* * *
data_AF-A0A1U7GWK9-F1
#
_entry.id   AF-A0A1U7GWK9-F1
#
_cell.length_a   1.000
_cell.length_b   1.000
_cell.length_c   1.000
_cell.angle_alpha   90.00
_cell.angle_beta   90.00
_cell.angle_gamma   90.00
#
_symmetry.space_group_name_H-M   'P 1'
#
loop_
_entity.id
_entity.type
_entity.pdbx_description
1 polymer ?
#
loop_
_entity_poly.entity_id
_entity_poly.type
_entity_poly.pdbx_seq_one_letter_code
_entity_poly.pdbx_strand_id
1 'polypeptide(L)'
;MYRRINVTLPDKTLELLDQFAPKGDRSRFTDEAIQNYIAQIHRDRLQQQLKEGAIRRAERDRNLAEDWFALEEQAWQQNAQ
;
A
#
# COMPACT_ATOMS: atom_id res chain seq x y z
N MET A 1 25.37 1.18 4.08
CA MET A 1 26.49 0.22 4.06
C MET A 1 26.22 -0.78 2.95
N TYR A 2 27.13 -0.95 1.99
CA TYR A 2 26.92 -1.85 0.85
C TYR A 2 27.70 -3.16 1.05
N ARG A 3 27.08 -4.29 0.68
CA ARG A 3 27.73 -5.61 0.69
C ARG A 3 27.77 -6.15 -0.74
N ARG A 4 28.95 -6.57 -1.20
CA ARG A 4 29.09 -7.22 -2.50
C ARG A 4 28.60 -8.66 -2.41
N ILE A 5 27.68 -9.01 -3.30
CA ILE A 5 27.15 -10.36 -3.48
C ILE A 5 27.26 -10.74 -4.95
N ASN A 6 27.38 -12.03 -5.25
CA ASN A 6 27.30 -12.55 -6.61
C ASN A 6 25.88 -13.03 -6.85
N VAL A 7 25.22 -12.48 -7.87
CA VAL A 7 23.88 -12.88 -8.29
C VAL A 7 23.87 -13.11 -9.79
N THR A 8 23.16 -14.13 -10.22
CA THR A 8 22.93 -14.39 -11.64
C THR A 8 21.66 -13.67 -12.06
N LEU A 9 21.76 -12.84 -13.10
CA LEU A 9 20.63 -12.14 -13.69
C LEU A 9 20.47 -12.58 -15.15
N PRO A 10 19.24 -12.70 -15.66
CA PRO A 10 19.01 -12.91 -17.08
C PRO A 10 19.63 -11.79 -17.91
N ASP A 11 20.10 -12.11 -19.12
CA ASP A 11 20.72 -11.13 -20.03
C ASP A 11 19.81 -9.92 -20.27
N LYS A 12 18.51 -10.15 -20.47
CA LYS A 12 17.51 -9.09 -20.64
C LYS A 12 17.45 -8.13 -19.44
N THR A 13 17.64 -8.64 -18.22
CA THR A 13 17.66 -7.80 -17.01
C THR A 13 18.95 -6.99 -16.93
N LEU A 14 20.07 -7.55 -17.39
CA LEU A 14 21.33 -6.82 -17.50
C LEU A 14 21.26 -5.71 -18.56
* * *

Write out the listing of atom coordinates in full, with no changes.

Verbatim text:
data_AF-A0A1U7GWK9-F1
#
_entry.id   AF-A0A1U7GWK9-F1
#
_cell.length_a   1.000
_cell.length_b   1.000
_cell.length_c   1.000
_cell.angle_alpha   90.00
_cell.angle_beta   90.00
_cell.angle_gamma   90.00
#
_symmetry.space_group_name_H-M   'P 1'
#
loop_
_entity.id
_entity.type
_entity.pdbx_description
1 polymer ?
#
loop_
_entity_poly.entity_id
_entity_poly.type
_entity_poly.pdbx_seq_one_letter_code
_entity_poly.pdbx_strand_id
1 'polypeptide(L)'
;MYRRINVTLPDKTLELLDQFAPKGDRSRFTDEAIQNYIAQIHRDRLQQQLKEGAIRRAERDRNLAEDWFALEEQAWQQNAQ
;
A
#
# COMPACT_ATOMS: atom_id res chain seq x y z
N MET A 1 25.37 1.18 4.08
CA MET A 1 26.49 0.22 4.06
C MET A 1 26.22 -0.78 2.95
N TYR A 2 27.13 -0.95 1.99
CA TYR A 2 26.92 -1.85 0.85
C TYR A 2 27.70 -3.16 1.05
N ARG A 3 27.08 -4.29 0.68
CA ARG A 3 27.73 -5.61 0.69
C ARG A 3 27.77 -6.15 -0.74
N ARG A 4 28.95 -6.57 -1.20
CA ARG A 4 29.09 -7.22 -2.50
C ARG A 4 28.60 -8.66 -2.41
N ILE A 5 27.68 -9.01 -3.30
CA ILE A 5 27.15 -10.36 -3.48
C ILE A 5 27.26 -10.74 -4.95
N ASN A 6 27.38 -12.03 -5.25
CA ASN A 6 27.30 -12.55 -6.61
C ASN A 6 25.88 -13.03 -6.85
N VAL A 7 25.22 -12.48 -7.87
CA VAL A 7 23.88 -12.88 -8.29
C VAL A 7 23.87 -13.11 -9.79
N THR A 8 23.16 -14.13 -10.22
CA THR A 8 22.93 -14.39 -11.64
C THR A 8 21.66 -13.67 -12.06
N LEU A 9 21.76 -12.84 -13.10
CA LEU A 9 20.63 -12.14 -13.69
C LEU A 9 20.47 -12.58 -15.15
N PRO A 10 19.24 -12.70 -15.66
CA PRO A 10 19.01 -12.91 -17.08
C PRO A 10 19.63 -11.79 -17.91
N ASP A 11 20.10 -12.11 -19.12
CA ASP A 11 20.72 -11.13 -20.03
C ASP A 11 19.81 -9.92 -20.27
N LYS A 12 18.51 -10.15 -20.47
CA LYS A 12 17.51 -9.09 -20.64
C LYS A 12 17.45 -8.13 -19.44
N THR A 13 17.64 -8.64 -18.22
CA THR A 13 17.66 -7.80 -17.01
C THR A 13 18.95 -6.99 -16.93
N LEU A 14 20.07 -7.55 -17.39
CA LEU A 14 21.33 -6.82 -17.50
C LEU A 14 21.26 -5.71 -18.56